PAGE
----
Kerfin Inspections Guide to Home Inspections

Kerfin Inspections Guide to Home Inspections

Kerfin Inspections Guide to Home Inspections

Kerfin Inspections Guide to Home Inspections

A home is not just what it appears to be on the surface.  It consists of many complex components including structural framing, physical components electrical, plumbing, heating and air conditioning systems.

When considering a home for purchase, you may be able to settle for minor cosmetic repairs, but you need to make sure that everything beneath the surface is in shape. This is why an extensive home inspection is both valuable and necessary.

Q. What is a Kerfin Home Inspection?

A. A Kerfin pre-purchase home inspection, performed by a professional, is a visual examination of the readily-accessible areas of a home to provide an accurate evaluation of the home’s condition at the inspection.

Kerfin home inspections are designed to disclose defects in the property that could materially affect its safety, livability or resale value. They are not meant to disclose cosmetic defects. The evaluation is presented to the buyer in a comprehensive report so buyers are fully informed of the home’s condition prior to purchase.

Q. How do I select a home inspection company?

A. Buying the right home is an important investment in your future. To select the right home inspection company, you should base your decision on the experience of the inspector.  Ask friends, colleagues and your real estate agent for referrals.  You can also look online or in the telephone book.  A qualified home inspector possesses a working knowledge of residential structures and systems, a general knowledge of real estate, and a strong affiliation with ethical and respected home inspection.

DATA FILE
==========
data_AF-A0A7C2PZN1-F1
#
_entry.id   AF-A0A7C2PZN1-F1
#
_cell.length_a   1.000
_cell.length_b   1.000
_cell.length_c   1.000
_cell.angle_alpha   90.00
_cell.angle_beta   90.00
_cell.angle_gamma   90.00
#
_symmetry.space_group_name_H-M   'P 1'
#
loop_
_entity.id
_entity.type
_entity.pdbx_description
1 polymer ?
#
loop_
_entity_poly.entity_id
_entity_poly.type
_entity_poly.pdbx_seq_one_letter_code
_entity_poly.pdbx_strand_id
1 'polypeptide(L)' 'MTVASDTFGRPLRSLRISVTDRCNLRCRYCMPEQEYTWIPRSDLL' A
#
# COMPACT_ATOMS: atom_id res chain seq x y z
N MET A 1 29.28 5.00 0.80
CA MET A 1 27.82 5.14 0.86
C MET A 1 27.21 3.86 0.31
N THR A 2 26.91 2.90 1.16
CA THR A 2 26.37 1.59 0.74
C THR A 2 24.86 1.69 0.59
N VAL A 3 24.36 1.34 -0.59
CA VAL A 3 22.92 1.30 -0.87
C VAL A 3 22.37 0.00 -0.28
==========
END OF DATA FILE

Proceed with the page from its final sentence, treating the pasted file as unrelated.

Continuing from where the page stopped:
Q. How much does a home inspection cost?

A. It depends on the property location, the inspector, the size of the home and the scope of the inspection and reporting. It’s a good idea to get estimates from prospective inspectors before you choose one.

Q. How quickly should I get the home inspected?

A. Complete your home inspection as quickly as possible. It usually takes place seven to 14 days after the contract is accepted. You should have already conducted your home inspector search before this time, however. If you try to find an inspector once an offer is placed on the house you may not be able to find an acceptable one, or you may run past the deadline for the inspection.

Q. Should I be present at the inspection?

A. Yes. This inspection will provide you with greater insight on the condition of the home.  It’s a good idea to schedule it during daylight hours. And you are encouraged to ask questions. This will allow you to be fully informed about the home and feel confident about your decisions.

Q. How long does an inspection take?

A. It depends upon the size of the home and the number of rooms.  An average inspection takes about 2-2½ hours (1-1½ hours for a condo). The time is well-spent considering there are more than 500 components in the average home.

Q. What happens if there are some problems on my inspection report that I was not aware of, but I want to proceed with purchase? What should I do?

A. First find out how much it will cost to fix the defects.  Weigh the positives against the negatives.  If you have time, you could get some repair estimates from licensed contractors.

Then, you have some options on what to do. You could negotiate with the seller that you will remove the inspection contingency if they pay for and complete the specific repairs according to the estimates.

Some defects, such as structural problems and termite infestation have historically been the seller’s responsibility.  You can also offer to fix the defects yourself in turn for a lower purchase price on the contract.

Finally, you can offer to share in the cost of repairs with the seller. Just remember that every deal is different and negotiable, and much depends on the current demand in the real estate market.

Leave a Reply

Fill in your details below or click an icon to log in:

WordPress.com Logo

You are commenting using your WordPress.com account. Log Out / Change )

Twitter picture

You are commenting using your Twitter account. Log Out / Change )

Facebook photo

You are commenting using your Facebook account. Log Out / Change )

Google+ photo

You are commenting using your Google+ account. Log Out / Change )

Connecting to %s

%d bloggers like this: